Wings wide open.

 

robin'snestA knuckle thump was heard at the kitchen window.  Little feet slid along the laminate floor to peak outside.  Eyes are squinted, and he says, “I’m not sure, but is that a bird?”  I was hoping not.  He held the curtain open for me and I saw a robin’s wing stretched to the heavens as its body laid across the wet patio pavers.  I reached for my latex-free gloves, with a son as a shadow, and we made our way outside.

I scooped Robin up, and held him in my blue gloved hand.  His eyes were wide open, his chirps were chaotic, his body was tense and his breaths were labored.  I did the only thing that I knew how.  I prayed.   Then, we prayed.  I watched Robin as fear infused him.  My son asked if I could make him not die.  Ever since my son’s near-drowning accident,  he believes I’m miracle worker – even though, I explained to him that we don’t know God’s plan, just to hold faith with both hands.  And now, all we could do was to hold Robin.    Robin’s breaths became labored and his body relaxed.  I sent my son into the house to get a cup of water so that we could drizzle his beak.  He took the task urgently, sprinting to the house.  I was secretly hoping that he wouldn’t return too quickly for there wasn’t much time left for Robin.   I heard a round full of chirps from the robins that had perched on the holly bushes.  I suppose it was their version of Amazing Grace.  Then the miracle came.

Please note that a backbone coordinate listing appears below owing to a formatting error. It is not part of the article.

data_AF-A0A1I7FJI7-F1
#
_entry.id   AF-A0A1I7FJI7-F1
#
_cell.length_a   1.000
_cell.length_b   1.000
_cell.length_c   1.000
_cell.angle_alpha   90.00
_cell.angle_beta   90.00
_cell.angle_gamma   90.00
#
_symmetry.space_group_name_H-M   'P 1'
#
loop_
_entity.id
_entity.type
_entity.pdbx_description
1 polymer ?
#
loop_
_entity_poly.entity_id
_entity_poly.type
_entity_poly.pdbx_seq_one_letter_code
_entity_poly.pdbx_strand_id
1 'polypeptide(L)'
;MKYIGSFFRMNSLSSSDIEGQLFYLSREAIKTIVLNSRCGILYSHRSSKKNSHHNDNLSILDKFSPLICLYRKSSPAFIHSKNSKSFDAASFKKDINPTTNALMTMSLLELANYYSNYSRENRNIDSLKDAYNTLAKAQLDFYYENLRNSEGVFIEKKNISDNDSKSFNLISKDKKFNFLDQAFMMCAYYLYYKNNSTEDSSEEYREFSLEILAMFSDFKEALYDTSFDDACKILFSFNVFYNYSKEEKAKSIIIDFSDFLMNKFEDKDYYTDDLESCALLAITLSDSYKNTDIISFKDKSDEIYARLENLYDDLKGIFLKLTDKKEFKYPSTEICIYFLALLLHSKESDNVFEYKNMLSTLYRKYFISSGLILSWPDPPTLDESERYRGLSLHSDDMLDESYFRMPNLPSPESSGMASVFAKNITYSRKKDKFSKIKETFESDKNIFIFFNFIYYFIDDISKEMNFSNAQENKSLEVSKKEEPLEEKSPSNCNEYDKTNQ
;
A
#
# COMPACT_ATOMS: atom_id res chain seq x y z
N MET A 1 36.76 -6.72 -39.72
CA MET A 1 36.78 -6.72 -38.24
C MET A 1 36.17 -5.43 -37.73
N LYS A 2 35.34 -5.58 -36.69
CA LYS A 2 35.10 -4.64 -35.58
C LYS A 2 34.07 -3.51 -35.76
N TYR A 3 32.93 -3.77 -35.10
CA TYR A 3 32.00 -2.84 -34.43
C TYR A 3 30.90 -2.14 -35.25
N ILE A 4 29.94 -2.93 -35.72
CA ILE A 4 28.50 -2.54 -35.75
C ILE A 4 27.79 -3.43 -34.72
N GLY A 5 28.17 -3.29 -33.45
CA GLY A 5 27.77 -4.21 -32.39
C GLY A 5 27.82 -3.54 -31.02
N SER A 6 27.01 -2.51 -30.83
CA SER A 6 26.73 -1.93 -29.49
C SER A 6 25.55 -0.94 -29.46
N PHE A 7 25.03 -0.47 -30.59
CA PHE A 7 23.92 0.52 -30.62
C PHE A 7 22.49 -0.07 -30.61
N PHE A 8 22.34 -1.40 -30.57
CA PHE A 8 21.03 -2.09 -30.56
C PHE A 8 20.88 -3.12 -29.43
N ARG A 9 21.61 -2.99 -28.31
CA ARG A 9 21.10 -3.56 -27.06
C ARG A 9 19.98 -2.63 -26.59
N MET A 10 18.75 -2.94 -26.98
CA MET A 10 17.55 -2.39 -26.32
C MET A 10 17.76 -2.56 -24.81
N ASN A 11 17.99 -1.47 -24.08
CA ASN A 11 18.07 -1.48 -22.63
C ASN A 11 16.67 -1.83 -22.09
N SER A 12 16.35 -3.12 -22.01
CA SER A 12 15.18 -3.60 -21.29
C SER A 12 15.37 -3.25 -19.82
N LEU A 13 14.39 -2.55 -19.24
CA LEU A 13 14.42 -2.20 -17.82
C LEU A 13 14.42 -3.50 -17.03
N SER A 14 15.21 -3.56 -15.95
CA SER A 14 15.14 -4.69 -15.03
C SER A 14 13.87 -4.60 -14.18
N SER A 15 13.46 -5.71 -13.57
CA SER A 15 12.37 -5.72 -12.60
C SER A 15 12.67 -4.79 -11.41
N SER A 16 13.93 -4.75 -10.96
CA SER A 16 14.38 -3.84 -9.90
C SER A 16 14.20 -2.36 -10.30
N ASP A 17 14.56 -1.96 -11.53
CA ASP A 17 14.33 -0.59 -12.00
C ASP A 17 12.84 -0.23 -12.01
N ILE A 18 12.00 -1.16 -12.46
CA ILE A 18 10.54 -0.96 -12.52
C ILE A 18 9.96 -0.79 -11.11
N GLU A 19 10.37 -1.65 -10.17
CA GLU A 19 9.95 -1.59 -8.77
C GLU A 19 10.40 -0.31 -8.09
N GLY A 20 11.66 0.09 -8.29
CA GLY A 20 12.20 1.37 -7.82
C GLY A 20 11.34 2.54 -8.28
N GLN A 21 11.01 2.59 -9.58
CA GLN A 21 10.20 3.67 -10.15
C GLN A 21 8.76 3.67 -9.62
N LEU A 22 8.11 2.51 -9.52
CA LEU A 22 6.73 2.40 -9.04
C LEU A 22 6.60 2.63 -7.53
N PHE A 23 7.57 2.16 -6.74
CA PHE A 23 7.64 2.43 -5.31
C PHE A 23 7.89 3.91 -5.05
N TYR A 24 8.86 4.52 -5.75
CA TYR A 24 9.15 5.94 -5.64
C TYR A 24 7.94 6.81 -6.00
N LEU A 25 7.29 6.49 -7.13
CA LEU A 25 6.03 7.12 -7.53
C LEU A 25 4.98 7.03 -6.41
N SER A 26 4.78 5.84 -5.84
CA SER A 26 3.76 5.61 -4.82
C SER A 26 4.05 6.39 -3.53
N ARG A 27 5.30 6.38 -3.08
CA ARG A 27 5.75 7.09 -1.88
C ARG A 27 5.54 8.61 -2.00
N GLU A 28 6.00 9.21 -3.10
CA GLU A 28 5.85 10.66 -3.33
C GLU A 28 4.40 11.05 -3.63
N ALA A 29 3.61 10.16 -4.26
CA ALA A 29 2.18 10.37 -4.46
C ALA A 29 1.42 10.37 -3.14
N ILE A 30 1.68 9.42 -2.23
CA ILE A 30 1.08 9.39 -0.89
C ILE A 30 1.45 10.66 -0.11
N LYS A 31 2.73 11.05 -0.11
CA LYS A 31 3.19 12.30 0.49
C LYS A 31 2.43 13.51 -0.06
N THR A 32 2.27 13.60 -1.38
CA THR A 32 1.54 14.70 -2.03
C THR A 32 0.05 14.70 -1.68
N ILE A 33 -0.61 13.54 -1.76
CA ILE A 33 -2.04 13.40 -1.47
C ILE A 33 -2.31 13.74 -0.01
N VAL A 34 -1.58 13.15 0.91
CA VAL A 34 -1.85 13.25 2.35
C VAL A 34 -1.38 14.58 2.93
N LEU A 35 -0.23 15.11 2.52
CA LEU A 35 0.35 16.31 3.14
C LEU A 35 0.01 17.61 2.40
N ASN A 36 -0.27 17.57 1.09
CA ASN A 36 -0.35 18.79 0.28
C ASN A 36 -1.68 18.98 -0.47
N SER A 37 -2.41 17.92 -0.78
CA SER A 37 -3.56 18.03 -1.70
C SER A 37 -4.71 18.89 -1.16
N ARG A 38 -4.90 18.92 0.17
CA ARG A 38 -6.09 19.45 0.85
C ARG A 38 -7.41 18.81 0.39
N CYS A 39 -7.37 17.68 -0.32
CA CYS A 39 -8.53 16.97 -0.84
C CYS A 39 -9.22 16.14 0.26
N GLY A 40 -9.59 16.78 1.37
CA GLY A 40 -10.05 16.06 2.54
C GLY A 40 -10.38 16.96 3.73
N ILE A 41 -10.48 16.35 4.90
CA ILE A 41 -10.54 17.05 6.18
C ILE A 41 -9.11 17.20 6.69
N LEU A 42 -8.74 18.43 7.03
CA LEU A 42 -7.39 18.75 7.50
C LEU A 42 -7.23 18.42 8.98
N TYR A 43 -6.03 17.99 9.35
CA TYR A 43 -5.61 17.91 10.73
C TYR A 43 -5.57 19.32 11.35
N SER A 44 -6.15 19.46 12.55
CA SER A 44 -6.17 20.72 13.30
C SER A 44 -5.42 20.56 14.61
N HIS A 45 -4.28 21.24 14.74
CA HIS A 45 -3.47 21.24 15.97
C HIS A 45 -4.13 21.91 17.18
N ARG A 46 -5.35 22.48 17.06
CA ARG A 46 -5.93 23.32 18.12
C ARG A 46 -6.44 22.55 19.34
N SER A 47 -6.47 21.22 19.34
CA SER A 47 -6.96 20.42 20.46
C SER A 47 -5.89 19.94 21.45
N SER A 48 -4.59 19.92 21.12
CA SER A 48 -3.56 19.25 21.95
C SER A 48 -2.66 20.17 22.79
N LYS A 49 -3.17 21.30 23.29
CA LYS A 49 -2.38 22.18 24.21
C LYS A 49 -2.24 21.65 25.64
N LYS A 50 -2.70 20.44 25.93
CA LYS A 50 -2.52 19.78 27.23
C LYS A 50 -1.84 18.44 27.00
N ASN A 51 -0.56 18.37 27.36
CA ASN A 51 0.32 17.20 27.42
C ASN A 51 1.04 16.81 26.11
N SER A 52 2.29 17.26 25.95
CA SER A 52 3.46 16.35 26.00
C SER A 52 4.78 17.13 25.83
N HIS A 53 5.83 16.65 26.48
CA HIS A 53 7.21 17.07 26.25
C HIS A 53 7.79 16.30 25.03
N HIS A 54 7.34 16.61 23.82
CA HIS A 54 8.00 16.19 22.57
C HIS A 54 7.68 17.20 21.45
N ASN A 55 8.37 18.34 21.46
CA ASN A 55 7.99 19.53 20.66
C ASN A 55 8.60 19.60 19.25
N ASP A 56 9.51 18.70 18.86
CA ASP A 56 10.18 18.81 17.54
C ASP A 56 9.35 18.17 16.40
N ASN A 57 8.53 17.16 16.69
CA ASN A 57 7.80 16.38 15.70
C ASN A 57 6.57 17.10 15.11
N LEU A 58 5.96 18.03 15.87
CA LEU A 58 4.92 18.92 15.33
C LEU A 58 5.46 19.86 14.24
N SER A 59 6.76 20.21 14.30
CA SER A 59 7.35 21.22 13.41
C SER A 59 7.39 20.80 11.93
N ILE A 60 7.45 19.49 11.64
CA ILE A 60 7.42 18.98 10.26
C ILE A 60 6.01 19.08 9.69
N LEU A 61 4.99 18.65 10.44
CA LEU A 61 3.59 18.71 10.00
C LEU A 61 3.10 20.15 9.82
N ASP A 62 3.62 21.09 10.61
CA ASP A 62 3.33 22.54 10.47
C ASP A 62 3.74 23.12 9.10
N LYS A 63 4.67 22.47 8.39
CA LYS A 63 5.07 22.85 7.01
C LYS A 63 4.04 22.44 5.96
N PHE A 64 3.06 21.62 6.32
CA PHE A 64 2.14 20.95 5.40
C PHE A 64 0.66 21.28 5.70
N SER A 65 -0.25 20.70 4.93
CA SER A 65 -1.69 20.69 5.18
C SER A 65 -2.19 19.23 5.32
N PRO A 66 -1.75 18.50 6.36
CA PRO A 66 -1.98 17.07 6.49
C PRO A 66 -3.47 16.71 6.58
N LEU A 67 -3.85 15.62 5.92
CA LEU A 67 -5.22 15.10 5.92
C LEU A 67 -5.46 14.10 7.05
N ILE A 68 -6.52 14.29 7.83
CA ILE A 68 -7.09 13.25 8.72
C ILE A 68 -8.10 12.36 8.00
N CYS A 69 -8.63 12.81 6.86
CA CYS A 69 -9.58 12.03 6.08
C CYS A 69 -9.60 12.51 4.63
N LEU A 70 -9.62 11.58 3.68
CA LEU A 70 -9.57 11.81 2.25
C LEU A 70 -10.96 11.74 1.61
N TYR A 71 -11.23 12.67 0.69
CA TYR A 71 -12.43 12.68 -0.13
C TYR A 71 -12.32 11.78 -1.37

I watched Robin stretch his head true north and let out a chirp.  Then, he fully fanned out both wings as though he would soon take flight.  I thought maybe.  Just maybe.   My eyes recorded the tiered pattern on his grey wings and the starched zebra tail – and how beautifully, God-made was he.  As my son came back with the water, Robin’s wings closed and they tucked themselves back into his golden chest that was still.  His eyes were half-mass and his body was void of any life.  He was gone.

We both said nothing.  We knew that he crossed to heaven’s side, watching the same sunset that was creating shadows onto the patio pavers.  My son was not sad.  He help prepare Robin’s resting spot.

Witnessing Robin’s wings wide open was a true miracle to me.  Witnessing the way my son was nurturing is promising.

All is grace.

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